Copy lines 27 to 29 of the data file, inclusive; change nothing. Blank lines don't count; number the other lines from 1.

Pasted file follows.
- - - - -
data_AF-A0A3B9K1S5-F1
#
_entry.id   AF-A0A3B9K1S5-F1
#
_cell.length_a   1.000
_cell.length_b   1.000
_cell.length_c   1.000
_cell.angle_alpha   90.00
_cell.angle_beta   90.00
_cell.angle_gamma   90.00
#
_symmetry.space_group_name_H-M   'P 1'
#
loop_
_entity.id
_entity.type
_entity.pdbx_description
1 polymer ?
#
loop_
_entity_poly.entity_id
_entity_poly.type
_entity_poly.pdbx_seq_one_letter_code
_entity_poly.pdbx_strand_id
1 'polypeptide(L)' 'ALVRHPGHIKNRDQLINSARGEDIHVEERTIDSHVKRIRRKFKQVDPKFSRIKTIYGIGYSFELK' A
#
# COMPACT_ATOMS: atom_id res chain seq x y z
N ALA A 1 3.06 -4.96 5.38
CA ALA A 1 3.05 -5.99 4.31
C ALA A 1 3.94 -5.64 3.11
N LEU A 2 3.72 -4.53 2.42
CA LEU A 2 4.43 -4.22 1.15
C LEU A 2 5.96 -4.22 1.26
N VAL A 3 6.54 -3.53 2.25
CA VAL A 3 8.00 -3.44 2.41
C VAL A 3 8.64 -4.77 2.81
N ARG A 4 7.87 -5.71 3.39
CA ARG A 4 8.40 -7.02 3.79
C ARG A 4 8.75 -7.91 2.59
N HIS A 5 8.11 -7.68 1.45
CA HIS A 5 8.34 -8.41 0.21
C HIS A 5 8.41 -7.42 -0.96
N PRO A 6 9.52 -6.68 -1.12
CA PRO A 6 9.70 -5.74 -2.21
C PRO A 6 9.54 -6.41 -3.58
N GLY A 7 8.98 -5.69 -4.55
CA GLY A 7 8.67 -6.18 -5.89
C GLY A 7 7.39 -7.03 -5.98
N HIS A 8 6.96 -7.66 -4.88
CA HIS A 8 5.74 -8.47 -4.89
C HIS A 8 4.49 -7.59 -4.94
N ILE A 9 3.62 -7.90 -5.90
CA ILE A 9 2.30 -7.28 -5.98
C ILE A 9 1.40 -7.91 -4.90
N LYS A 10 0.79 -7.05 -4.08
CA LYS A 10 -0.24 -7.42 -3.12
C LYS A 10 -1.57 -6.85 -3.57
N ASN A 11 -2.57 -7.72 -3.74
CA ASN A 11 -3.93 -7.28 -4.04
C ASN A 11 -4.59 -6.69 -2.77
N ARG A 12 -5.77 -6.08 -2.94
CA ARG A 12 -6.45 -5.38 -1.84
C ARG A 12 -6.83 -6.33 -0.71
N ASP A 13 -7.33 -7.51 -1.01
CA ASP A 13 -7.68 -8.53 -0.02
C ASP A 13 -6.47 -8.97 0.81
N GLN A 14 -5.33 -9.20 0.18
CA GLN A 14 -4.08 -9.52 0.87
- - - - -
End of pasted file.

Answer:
# COMPACT_ATOMS: atom_id res chain seq x y z
N ALA A 1 3.06 -4.96 5.38
CA ALA A 1 3.05 -5.99 4.31